Celebrating Black History: Curtis Faculty Member Todd Duncan

The voice teacher, renowned operatic baritone, actor, and civil rights activist served on the Curtis faculty from 1977–90.

Celebrated operatic baritone, actor, Curtis faculty member (1977–90), and pioneering civil rights activist Robert Todd Duncan (1903–98) is often considered one of the great Black artistic pioneers of the 20th century. Born in Danville, Kentucky, on February 12, 1903, the only child of John C. Duncan, a farmer, and Letitia Cooper Duncan, a piano teacher and church musician, he earned his bachelor’s degree at Butler University in Indianapolis in 1925 and his master’s degree at Columbia University Teachers College in 1930.

In 1933, Mr. Duncan made his professional stage debut in Mascagni’s Cavalleria Rusticana at the Mecca Temple with the Aeolian Opera, a Black opera company in New York. He was personally selected by George Gershwin to originate the iconic lead role in Porgy and Bess and went on to perform Porgy more than 1,800 times in his career following its initial premiere run at the Alvin Theater in New York City. He also recorded an original cast album on Decca Records with the original Bess, Anne Brown.

Breaking the color barrier, he was instrumental in desegregating opera houses and theaters at a time when African Americans were forced to either attend performances for Black audiences only or use side entrances and sit in the balcony sections. A firebrand for change, he led the protest against the National Theatre’s segregation policy in Washington, D.C., when the Porgy and Bess cast were to perform there in 1936, stating voicing his firm belief that he “would never play in a theater which barred him from purchasing tickets to certain seats because of his race.” The management yielded to the cast’s demands, and the opera became the first integrated performance at the National Theatre. [1] 

In 1936, Mr. Duncan traveled to London to perform at the Theatre Royal, Drury Lane in the heart of Covent Garden as the lead in C.B. Cochran’s musical production The Sun Never Sets, with original music by Cole Porter. When the show ended its West End run, he and fellow cast member Adelaide Hall toured the U.K. with the production. Mr. Duncan then returned stateside, where he taught at Howard University and continued to perform, becoming one of the first Black performers hired by a major opera company. In 1945, he sang the role of Tonio in Leoncavallo’s Pagliacci with  New York City Opera with an all-white cast. He performed the role of the bullfighter Escamillo in Bizet’s Carmen with the company later that same year. Mr. Duncan also played the role of Lord’s General in Vernon Duke’s Broadway musical Cabin in the Sky in 1940 and Stephen Kumalo in the first production of Kurt Weill’s Lost in the Stars (1949–50).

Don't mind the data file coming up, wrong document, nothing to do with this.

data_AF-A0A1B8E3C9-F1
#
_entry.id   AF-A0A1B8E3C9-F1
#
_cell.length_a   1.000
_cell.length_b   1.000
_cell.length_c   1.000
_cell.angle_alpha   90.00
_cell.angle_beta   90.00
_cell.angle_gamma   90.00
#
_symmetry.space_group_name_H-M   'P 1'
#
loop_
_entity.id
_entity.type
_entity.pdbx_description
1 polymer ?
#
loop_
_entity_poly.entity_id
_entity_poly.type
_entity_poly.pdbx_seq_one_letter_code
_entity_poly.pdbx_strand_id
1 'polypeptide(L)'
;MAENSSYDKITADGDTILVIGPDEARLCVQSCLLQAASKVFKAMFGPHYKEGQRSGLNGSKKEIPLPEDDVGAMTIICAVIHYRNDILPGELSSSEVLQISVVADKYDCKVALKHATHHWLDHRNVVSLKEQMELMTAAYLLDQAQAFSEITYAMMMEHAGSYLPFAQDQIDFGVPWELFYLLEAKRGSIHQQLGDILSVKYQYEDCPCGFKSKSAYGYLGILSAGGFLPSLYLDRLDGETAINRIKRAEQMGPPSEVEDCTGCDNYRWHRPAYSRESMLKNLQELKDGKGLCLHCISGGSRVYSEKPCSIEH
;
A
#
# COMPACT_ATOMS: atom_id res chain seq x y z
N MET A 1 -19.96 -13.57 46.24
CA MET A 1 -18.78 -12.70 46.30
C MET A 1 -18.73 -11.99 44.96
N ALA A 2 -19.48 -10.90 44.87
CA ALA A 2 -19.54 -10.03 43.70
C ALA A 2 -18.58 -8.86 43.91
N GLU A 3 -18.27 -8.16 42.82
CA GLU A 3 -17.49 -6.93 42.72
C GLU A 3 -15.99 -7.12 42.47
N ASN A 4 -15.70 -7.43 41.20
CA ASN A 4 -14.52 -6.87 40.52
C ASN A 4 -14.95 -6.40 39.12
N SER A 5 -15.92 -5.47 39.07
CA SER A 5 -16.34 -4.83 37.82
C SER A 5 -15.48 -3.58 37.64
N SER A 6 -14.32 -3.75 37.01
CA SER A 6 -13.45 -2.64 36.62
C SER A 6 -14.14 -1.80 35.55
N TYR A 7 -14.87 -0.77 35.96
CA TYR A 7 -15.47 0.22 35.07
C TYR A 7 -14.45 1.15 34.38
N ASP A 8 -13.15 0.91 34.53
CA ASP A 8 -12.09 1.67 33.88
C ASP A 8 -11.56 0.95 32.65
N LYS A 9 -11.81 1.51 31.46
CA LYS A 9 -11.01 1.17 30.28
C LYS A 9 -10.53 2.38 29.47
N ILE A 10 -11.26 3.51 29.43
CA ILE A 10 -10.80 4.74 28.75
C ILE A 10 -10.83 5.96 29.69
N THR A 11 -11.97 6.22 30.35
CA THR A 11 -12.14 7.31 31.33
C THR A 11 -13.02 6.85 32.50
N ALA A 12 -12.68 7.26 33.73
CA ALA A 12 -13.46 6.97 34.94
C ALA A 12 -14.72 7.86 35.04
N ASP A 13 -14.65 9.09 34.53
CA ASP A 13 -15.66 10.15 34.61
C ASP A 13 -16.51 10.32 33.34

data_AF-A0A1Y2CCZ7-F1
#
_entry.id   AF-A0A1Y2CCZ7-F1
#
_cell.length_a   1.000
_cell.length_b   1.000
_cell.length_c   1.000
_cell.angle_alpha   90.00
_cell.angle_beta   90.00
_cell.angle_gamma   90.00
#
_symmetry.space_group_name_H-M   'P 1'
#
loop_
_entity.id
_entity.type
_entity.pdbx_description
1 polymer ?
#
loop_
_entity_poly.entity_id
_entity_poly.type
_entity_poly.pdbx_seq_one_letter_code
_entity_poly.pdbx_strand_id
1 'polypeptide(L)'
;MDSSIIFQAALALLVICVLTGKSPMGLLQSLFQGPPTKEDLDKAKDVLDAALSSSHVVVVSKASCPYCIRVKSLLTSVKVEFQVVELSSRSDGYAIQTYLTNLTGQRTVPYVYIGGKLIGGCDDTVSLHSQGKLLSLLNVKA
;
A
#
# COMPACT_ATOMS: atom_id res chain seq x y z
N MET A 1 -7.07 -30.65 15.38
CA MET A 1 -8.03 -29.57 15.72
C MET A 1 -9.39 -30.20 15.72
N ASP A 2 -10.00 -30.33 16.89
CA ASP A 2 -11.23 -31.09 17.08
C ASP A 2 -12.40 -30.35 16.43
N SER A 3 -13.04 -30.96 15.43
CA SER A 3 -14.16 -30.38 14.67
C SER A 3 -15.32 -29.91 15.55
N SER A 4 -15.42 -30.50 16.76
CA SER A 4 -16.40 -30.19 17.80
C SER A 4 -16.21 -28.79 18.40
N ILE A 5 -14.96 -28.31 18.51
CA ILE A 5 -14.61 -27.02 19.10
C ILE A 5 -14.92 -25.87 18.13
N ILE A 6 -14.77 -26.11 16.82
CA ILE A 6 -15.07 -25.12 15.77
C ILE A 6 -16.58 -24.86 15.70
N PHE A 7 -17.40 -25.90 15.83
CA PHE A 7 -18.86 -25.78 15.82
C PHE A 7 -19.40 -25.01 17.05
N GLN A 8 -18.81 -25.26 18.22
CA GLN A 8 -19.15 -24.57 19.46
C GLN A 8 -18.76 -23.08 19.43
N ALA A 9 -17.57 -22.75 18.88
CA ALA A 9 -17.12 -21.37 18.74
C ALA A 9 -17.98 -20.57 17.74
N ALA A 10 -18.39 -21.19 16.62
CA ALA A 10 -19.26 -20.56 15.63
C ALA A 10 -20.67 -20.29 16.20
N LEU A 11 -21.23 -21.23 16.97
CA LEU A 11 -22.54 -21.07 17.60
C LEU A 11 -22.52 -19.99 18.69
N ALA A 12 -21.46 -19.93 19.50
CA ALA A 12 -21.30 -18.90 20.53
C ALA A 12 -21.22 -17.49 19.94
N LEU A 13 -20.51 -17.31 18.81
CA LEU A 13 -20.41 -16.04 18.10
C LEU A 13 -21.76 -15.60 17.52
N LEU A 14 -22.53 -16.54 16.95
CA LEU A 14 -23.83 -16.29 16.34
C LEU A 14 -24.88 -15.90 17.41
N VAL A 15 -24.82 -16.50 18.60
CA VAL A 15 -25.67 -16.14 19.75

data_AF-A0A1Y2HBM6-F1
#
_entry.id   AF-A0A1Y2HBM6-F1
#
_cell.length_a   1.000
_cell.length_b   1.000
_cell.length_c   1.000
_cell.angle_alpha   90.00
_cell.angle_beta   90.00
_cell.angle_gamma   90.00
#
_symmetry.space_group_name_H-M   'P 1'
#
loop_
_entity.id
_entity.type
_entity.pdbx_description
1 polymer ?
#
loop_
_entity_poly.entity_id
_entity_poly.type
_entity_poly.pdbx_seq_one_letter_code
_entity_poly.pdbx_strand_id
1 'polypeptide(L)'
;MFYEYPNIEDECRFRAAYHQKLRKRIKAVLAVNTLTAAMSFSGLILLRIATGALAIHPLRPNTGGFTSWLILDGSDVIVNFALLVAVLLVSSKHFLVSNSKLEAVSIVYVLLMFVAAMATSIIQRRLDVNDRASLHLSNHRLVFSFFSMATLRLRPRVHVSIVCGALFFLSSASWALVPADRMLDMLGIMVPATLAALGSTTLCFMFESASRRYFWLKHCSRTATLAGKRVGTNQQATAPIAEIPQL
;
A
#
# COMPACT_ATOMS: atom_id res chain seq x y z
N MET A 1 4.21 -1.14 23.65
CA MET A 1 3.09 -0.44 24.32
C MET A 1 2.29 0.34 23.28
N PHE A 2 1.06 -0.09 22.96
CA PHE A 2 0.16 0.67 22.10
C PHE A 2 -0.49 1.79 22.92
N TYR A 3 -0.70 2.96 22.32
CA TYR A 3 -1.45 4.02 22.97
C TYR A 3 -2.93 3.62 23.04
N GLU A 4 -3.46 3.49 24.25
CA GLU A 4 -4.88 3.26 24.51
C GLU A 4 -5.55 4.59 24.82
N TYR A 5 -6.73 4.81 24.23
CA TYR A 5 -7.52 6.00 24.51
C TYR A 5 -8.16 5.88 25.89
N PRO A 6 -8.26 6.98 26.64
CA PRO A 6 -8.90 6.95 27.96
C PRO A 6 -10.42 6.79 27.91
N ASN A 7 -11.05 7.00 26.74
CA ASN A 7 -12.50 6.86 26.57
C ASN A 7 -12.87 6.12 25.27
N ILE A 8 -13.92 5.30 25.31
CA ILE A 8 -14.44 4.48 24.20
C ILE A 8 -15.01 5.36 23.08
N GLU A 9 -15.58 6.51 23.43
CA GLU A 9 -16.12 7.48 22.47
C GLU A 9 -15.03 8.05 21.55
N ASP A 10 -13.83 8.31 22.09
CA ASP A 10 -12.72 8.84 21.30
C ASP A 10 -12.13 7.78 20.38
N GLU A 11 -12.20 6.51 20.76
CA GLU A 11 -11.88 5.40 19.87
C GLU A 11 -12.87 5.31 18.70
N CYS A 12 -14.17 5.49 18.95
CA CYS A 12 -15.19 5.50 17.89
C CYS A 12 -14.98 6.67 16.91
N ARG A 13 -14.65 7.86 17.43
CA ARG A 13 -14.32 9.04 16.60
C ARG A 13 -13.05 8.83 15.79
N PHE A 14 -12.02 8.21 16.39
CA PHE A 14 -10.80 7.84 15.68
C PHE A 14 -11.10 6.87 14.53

Mr. Duncan inspired generations of African American musicians and vocalists as a voice and music teacher. Over the years, he observed hundreds of vocal surgeries to understand the human voice’s physical workings. The methods he taught his students were easily recognizable, becoming known as the “Duncan Technique.” Due to his lasting influence and efforts, significant changes in classical musical performance for Black artists began to take place in the United States. They still can be felt today within academic institutions across the country.

Mr. Duncan starred in two films, Syncopation (1942) and Unchained (1955), which featured the rock and roll classic tune “Unchained Melody” and earned him an Academy Award nomination. He lived in Washington, D.C. for seventy years, left Howard University after fifty years at the peak of his recital (2,000 performances in 56 countries) and opera career, and taught at Curtis for thirteen years. In 1984, he was presented with the George Peabody Medal of Music from the Peabody Conservatory of Music of Johns Hopkins University. During his lifetime, he was awarded the Medal of Honor from Haiti, an NAACP award, the New York Drama Critics’ Award for Lost in the Stars, the Donaldson Award, and he received honorary doctorates from Butler University and Valparaiso University. He was posthumously inducted into the Kentucky Civil Rights Hall of Fame at Kentucky State University in 2005.

“The name CURTIS will serve you well for it carries with it dignity, nobility, and its name is known all over this world,” said Mr. Duncan at Curtis’s May 1985 Commencement ceremony. “Today, I challenge you to be grateful for your talents and abilities by accepting them as obligations to be invested for the common good, accepting your special gift as a challenge to achievement.”

Read Todd Duncan’s stirring 1985 Curtis Commencement speech HERE

Photos taken from the Curtis Archives and Special Collections. Please visit Curtis Institute of Music Open Archives and Recitals (CIMOAR). Learn more about Curtis’s library and archives HERE.

[1] “Porgy and Bess: Today in History, September 2″. Library of Congress. December 6, 2007. https://www.loc.gov/item/today-in-history/september-02/.

Photo Credits: 1.) WBSS Media 2.) Mr. Duncan coaching Bavat Marom in Field Concert Hall at a Curtis in a 1992 masterclass; Don Tracy. 3.) The Internet Archive, Gershwin: Porgy and Bess 4.) Mr. Duncan during a masterclass with James Burgess at Field Concert Hall in 1998; Robin Miller. 5.) Todd Duncan, circa 1930s. Image by © John Springer Collection/CORBIS.


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